WASHINGTON -- Even with a steady stream of hits over the first eight innings, the Mets couldn't muster enough offense to overcome a shaky start from Jeremy Hefner in a 5-2 loss to the Nationals on Sunday afternoon at Nationals Park.
After a 2-hour, 26-minute rain delay pushed back the scheduled 1:35 p.m. ET first pitch, the Mets managed a hit in each of the game's first eight innings. But as the offense struggled to plate runners, Hefner allowed the Nats to find their groove early.
Hefner lasted five innings while surrendering five runs on eight hits. The 26-year-old right-hander threw only 78 pitches and allowed a pair of home runs to Danny Espinosa and Bryce Harper, as well as tossing a wild pitch and hitting a batter.
"It doesn't help," Mets manager Terry Collins said of the rain delay. "It didn't help Gio, either. It's something you don't want to have to go through, but it's part of what you've got to do. It's how you've got to plan.
"I know Hef was ready to pitch, he just made some mistakes in the middle of the plate."
Hefner denied feeling any consequences from the rain delay.
Gio Gonzalez started for the Nats and threw 5 2/3 innings, allowing just one run on seven hits. The left-hander moved the Nats to 75-46, five games ahead of the Braves in the NL East, with his 16th win of the season. Gonzalez is tied with Cincinnati's Johnny Cueto and Tampa Bay's David Price for the most wins in the Majors. The Mets, meanwhile, fell to 57-64, 18 games behind the Nats.
"That wasn't pretty, but it was a win," Nationals manager Davey Johnson said. "Gio was having the ball up all day long. He was a little wild ... I didn't plan to go get him in the [sixth] inning."
Two batters after Michael Morse singled to lead off the second inning, Espinosa launched a 75-mph curveball from Hefner to the opposite field and into the Mets' bullpen in left-center.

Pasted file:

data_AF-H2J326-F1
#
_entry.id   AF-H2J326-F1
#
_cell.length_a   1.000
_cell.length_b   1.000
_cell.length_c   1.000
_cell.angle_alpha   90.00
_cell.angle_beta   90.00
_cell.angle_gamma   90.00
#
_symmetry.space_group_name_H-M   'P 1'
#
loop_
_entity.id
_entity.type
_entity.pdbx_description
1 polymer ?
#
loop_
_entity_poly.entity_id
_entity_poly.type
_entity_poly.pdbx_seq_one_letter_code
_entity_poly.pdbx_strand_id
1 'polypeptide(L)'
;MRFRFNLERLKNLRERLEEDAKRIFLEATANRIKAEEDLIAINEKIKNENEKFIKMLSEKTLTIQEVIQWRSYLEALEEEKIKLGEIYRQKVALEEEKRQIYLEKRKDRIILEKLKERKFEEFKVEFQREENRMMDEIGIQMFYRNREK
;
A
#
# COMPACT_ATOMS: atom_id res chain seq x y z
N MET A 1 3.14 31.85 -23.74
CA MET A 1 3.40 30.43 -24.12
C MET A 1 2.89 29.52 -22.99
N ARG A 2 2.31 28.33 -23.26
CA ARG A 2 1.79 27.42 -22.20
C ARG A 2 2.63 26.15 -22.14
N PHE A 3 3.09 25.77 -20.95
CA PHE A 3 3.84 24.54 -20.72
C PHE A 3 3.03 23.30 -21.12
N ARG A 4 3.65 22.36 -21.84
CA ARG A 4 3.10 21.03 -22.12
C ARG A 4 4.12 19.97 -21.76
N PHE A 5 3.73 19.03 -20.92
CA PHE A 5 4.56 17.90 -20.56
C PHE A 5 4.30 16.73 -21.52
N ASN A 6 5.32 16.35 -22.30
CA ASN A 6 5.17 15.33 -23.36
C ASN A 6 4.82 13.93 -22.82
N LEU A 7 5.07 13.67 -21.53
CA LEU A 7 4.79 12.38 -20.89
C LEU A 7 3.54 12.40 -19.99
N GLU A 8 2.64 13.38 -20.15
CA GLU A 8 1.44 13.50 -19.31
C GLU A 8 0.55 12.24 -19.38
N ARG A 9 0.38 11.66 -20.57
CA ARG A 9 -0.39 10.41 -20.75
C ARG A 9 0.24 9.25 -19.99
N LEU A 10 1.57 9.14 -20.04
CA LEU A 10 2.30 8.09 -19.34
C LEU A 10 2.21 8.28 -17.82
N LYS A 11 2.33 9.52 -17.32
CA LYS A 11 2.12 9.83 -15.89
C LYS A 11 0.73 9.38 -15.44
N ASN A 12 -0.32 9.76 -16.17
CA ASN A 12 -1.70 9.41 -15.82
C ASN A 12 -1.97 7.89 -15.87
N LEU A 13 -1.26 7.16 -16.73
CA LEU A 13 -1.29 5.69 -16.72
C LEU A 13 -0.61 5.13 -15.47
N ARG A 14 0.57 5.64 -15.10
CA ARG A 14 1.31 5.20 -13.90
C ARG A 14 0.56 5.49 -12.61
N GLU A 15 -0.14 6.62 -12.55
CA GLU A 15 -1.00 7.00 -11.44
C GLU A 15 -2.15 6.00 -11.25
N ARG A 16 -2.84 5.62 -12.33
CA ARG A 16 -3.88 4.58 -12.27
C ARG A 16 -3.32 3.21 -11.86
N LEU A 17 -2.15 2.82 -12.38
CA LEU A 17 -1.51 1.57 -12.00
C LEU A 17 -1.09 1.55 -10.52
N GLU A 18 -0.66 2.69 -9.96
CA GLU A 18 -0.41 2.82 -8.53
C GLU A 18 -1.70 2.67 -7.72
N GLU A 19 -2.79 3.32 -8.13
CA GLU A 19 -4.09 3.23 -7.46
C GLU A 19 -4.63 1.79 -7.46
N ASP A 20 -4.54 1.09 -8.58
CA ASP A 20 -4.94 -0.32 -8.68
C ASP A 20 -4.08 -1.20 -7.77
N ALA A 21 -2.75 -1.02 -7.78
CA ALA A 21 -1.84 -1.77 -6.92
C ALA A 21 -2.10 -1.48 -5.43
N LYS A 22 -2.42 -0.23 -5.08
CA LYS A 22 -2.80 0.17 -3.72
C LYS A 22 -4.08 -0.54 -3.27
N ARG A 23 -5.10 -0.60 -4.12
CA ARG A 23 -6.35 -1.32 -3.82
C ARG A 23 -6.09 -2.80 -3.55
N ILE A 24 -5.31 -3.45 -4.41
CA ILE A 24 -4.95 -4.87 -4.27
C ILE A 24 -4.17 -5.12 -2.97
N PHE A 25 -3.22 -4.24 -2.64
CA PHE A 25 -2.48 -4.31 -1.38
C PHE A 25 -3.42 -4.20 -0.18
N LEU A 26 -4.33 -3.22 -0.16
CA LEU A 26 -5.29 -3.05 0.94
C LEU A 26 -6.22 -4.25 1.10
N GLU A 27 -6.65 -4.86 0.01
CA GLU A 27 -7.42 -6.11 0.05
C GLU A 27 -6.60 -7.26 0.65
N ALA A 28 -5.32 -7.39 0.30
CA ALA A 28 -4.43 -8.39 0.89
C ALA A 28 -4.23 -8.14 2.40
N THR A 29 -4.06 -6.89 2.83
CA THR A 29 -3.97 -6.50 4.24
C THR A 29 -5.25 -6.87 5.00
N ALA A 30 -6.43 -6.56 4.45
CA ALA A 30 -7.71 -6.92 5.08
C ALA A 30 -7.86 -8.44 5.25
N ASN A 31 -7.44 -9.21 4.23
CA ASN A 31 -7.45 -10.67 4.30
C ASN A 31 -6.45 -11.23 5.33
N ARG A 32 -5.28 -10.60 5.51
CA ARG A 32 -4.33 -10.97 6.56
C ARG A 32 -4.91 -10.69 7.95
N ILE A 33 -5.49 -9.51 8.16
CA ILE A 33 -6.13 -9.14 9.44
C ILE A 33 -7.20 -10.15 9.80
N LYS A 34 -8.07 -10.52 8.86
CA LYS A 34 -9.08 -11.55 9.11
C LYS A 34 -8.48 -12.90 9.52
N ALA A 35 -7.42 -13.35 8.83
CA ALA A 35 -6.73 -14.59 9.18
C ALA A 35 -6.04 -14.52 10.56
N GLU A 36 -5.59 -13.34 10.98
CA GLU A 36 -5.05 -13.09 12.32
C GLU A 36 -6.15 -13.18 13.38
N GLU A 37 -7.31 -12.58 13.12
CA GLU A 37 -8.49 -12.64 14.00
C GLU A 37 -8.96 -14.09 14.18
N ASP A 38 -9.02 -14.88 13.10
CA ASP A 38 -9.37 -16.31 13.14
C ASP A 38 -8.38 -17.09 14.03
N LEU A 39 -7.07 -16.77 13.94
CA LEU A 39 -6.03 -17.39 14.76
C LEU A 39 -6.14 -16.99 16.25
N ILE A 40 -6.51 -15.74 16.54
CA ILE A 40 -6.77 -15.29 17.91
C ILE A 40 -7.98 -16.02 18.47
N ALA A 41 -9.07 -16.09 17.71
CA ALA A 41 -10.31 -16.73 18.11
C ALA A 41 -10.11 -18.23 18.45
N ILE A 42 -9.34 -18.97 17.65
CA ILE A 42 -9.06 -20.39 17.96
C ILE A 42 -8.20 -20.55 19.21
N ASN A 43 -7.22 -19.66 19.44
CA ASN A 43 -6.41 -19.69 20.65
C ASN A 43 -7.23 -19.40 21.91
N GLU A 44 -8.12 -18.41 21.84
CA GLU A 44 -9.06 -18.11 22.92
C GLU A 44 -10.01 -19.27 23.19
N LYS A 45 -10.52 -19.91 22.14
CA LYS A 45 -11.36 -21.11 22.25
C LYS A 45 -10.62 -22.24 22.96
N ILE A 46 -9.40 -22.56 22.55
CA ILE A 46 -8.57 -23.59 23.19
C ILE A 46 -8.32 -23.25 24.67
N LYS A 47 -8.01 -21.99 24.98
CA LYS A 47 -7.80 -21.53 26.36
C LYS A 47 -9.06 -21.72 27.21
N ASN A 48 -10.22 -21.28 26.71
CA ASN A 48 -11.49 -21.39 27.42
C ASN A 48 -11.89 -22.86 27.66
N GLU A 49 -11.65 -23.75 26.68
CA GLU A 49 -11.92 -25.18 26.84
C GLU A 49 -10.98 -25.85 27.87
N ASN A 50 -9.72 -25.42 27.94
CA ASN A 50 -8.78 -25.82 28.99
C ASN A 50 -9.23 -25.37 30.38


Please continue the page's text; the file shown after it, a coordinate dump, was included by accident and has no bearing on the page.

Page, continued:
"I definitely knew I hit the ball hard," Espinosa said. "I wasn't sure if it was going to carry it out, but I thought it would at least hit off the wall for a double."
In the third, Hefner allowed another pair of runs when Jayson Werth led off with a single, Harper tripled him home, and Ryan Zimmerman added an RBI single.
Harper led off the fifth with his 12th homer of the season, off the second-deck scoreboard in right-center. The 19-year-old outfielder continued to show signs of emerging from his second-half slump, finishing 2-for-4 with two runs scored and two RBIs to boost his average back up to .251.
"In my bullpen [session] before the game, I felt like I had good stuff," Hefner said. "It just came down to execution, and I didn't execute. Throughout the course of the game, at least in my experience, you make mistakes and sometimes you get away with them, and sometimes you don't. Today, it seemed like I didn't get away with any."
The Mets' first run came in the sixth, which Ike Davis led off with a double to right field. After advancing to third on a Ronny Cedeno fly ball, Davis scored when Jason Bay bounced a grounder to short. New York added another run in the eighth, when Cedeno knocked a one-out double to left field off Nats reliever Mike Gonzalez and scored two batters later on an infield single by Kelly Shoppach. Daniel Murphy pinch-hit for Mets reliever Manny Acosta, but struck out looking on three pitches and was ejected thereafter by home-plate umpire Jordan Baker.
The Mets had threatened in the seventh after a pair of one-out singles from Justin Turner and David Wright. But Scott Hairston, 5-for-8 in the series, bounced into a 5-4-3 double play to kill the inning. In total, the Mets left 10 runners on base and went just 1-for-11 with runners in scoring position. Over their last 16 games, the Mets are batting .194 with RISP.
"You've got to get key hits," Collins said. "We sat here the entire first half [of the season] and talked about how many key hits we didn't get with two outs. We're not getting them, and that's a big difference."
Acosta pitched a perfect 1 1/3 innings with two strikes, while Josh Edgin allowed only a hit in two-thirds of the seventh. Bobby Parnell tossed a scoreless eighth for the Mets.
The loss dropped the Mets to 4-7 in rubber games and marked their ninth series loss in 11 tries in the season's second half.
Mike Fiammetta is an associate reporter for MLB.com. This story was not subject to the approval of Major League Baseball or its clubs.